How your two-wheeler tyres are made: TVS Tyres Reviewers Meet 2018

A two-day tour of TVS Srichakra tyre factory in Madurai, Tamil Nadu gave a deep understanding of how two-wheeler tyres are made and how much Research & Development is involved in their making in order to give you an uncompromised product.

By:Updated: Oct 26, 2018 3:44 PM

Express Drives was recently invited by TVS Tyres aka TVS Srichakra Ltd. to the City of Temples, Madurai, where the company is headquartered and has a massive production facility. The brand primarily produces two and three-wheeler tyres that are supplied to multiple OEMs like Hero MotoCorp, Honda, Suzuki, TVS Motor Company, Bajaj, Piaggio and many more. TVS Tyres is one of India’s leading tyre manufacturers that produces over 26 million tyres per year. The company manufactures a wide range of tyres and apart from making two & three wheeler tyres, the brand produces multipurpose tyres, skid steer tyres, industrial pneumatic tyres and more. The 2018 edition of TVS Tyres Reviewers Meet saw us journalists taking a two-day tour of TVS Tyres’ R&D center along with their production plant and we also got a chance to test out company’s multiple products on different two-wheelers on TVS Tyres’ very own test track. So, the visit was all about understanding what goes into the making of tyres and how TVS Tyres sticks to the mantra of quality over quantity to deliver the best to the end consumer. Here’s our experience.

Also Read: TVS Sport Special Edition launched in India at a price of Rs 40,088: Here’s what’s new

TVS Tyres R&D Center visit

On Day 1, we were invited to see the TVS Tyres R&D center that is located inside the premises of the company’s production plant only. The building that looked rather serene from outside had some expert minds inside that determine what ratio of materials will be required for a specific type of tyre. They also ensure the highest quality standards to promise that the product is on par with the expectations of the customer. The senior management of TVS Tyres took us through the various equipment and processes that are involved in the Research and Development. Different kind of samples are taken to examine how much amount of materials would be apt for a particular purpose and these are further tested for different parameters like grip level, noise, wear & tear, fuel economy and more.

The market demand and OEM requirements are also kept in mind while testing such samples. Once the sample is finalised, the tread pattern is decided and all thanks to technological advancement, an imaginary tread design can be turned into a real-life sample in just a few hours. Multiple CAD software plays a crucial role in the designing part before the tread pattern becomes a reality and goes into final production.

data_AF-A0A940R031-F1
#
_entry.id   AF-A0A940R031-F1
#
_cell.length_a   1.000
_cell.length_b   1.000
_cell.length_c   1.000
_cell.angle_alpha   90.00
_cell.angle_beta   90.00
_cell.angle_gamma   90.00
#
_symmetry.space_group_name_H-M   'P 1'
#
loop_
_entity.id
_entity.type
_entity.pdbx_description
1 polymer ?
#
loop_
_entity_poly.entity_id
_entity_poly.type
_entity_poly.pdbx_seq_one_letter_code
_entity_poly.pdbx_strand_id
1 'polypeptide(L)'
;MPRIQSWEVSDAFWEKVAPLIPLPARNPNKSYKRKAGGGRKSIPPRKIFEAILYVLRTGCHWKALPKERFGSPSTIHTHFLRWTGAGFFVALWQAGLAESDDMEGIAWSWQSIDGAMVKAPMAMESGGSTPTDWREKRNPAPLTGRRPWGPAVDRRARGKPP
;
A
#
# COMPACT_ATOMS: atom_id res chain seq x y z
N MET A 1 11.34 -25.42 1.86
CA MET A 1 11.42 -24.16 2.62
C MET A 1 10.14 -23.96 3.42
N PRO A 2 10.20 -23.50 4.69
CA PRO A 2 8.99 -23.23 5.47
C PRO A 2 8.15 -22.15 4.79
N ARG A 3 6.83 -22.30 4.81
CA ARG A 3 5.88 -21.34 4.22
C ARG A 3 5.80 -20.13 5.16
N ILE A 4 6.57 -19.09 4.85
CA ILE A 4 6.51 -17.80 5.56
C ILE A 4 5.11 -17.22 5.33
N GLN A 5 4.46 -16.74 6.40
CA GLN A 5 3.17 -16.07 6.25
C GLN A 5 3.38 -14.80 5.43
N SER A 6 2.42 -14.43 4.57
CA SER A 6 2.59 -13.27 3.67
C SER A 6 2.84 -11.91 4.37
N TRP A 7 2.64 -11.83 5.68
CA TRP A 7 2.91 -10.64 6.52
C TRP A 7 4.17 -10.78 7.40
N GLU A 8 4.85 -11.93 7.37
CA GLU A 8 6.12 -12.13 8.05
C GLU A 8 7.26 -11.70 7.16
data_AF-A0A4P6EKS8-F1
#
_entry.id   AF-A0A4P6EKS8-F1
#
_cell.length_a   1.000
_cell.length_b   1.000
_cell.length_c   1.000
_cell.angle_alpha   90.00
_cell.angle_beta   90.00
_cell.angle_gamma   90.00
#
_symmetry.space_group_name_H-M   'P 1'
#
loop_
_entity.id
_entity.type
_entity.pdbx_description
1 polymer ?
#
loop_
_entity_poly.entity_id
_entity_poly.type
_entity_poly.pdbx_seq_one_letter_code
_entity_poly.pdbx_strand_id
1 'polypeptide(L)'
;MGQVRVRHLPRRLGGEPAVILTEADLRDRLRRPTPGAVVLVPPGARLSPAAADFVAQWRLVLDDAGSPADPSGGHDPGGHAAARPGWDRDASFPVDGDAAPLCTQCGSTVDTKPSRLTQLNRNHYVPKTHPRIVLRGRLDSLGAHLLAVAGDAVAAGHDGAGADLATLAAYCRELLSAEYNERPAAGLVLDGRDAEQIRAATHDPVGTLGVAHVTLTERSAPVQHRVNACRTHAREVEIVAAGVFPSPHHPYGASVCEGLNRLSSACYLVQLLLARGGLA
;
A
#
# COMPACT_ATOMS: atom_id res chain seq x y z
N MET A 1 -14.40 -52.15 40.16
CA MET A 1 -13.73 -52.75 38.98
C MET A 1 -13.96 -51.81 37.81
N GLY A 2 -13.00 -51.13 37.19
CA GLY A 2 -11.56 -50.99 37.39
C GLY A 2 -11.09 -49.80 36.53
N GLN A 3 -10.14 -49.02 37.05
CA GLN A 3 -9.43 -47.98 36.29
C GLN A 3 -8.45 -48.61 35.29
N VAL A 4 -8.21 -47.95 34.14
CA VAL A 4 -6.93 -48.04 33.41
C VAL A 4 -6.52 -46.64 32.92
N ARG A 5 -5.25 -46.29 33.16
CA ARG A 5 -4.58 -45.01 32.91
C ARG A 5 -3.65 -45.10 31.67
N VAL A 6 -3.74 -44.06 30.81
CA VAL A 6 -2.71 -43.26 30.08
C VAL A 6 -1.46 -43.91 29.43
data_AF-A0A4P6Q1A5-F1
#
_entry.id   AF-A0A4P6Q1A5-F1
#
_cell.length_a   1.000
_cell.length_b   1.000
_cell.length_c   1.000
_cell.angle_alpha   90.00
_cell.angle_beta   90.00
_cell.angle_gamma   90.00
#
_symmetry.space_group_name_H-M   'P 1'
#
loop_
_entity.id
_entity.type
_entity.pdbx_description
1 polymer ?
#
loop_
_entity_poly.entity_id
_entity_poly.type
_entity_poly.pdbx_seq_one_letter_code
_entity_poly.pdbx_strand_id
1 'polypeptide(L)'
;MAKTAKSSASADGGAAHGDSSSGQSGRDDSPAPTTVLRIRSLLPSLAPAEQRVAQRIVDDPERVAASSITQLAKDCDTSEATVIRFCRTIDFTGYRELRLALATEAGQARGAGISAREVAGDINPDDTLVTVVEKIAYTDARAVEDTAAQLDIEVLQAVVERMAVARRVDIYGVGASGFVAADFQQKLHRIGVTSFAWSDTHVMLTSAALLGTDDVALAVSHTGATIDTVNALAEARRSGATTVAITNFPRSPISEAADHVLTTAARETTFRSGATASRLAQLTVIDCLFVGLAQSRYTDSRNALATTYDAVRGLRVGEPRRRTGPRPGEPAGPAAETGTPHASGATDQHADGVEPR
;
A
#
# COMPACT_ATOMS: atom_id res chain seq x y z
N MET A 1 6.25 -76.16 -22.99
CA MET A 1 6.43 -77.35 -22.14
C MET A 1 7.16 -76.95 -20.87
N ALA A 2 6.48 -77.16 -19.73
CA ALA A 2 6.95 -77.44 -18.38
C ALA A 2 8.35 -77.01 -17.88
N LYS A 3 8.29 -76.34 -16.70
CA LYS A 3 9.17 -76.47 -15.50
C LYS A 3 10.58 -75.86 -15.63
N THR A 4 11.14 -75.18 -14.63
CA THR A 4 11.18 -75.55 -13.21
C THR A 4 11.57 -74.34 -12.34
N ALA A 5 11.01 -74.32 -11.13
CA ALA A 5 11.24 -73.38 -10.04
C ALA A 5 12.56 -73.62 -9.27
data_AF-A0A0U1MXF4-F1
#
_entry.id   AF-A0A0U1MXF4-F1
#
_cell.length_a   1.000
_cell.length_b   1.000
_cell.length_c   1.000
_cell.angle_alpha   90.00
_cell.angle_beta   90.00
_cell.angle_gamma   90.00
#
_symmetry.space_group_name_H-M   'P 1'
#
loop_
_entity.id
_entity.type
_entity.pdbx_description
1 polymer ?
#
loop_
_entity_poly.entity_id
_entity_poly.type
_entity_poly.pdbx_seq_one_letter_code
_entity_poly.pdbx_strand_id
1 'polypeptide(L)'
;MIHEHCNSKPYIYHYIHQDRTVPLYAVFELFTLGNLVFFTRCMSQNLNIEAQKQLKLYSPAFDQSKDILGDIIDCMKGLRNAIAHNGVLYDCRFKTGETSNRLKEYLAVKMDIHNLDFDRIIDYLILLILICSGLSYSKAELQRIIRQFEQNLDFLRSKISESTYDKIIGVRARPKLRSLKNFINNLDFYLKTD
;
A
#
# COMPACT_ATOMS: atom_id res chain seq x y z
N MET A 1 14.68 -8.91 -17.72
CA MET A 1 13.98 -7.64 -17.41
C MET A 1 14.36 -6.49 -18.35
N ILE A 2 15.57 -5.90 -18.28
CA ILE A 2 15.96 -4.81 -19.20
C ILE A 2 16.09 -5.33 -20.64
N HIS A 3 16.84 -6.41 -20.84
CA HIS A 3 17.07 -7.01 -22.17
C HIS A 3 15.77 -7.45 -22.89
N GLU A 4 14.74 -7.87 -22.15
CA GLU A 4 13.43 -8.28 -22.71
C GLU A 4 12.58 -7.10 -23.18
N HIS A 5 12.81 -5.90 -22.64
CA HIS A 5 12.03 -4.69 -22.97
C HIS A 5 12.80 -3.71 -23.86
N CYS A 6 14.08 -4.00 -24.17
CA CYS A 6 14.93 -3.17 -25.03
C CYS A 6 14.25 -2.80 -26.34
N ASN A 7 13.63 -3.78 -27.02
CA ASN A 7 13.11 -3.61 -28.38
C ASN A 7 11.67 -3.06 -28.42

The sample is then made to go through various processes and tests so that the tyre can meet certain criteria. Tests are also conducted that make sure that the tyre can withstand scorching heat along with chilling temperatures while delivering optimum performance and not compromising on fuel economy.

Once this is done, the final tyre design and specifications are fed into a software that reveals how much pressure will get applied on different areas of a tyre under various circumstances and variations in speed, compounds, and tread design are done in order to come up with the best results. Named as Finite Element Analysis (FEA), the company is able to predict the performance of the tyres without actually testing them out in real. This has indeed helped TVS save time and reduce the margin for error that eventually results in enhanced productivity.

TVS Tyres Factory Tour

The second day of the 2018 TVS Tyres Reviewers Meet was completely dedicated to the factory visit part that gave a deep understanding of how a tyre is made. The senior management at TVS Tyres took us through multiple processes in tyre making inside the factory and since these were taking place in real time, we got a better understanding. Once the R&D team decides the right ingredients and design for the particular tyre, the compounds are fed into a massive mixer that is equivalent to the size of three storey building. Once the different elements of the compound which has natural rubber, oils, carbon, nylon and sulphur as the prime components gets uniformly mixed, it comes out from the mixer in the form of a black paste.

After this, the paste has to go through a process called calendering in which it is converted into sheets that have predetermined thickness and width. After that, nylon topping is done in order to give it strength and the process involves the sandwiching of nylon between sheets of rubber.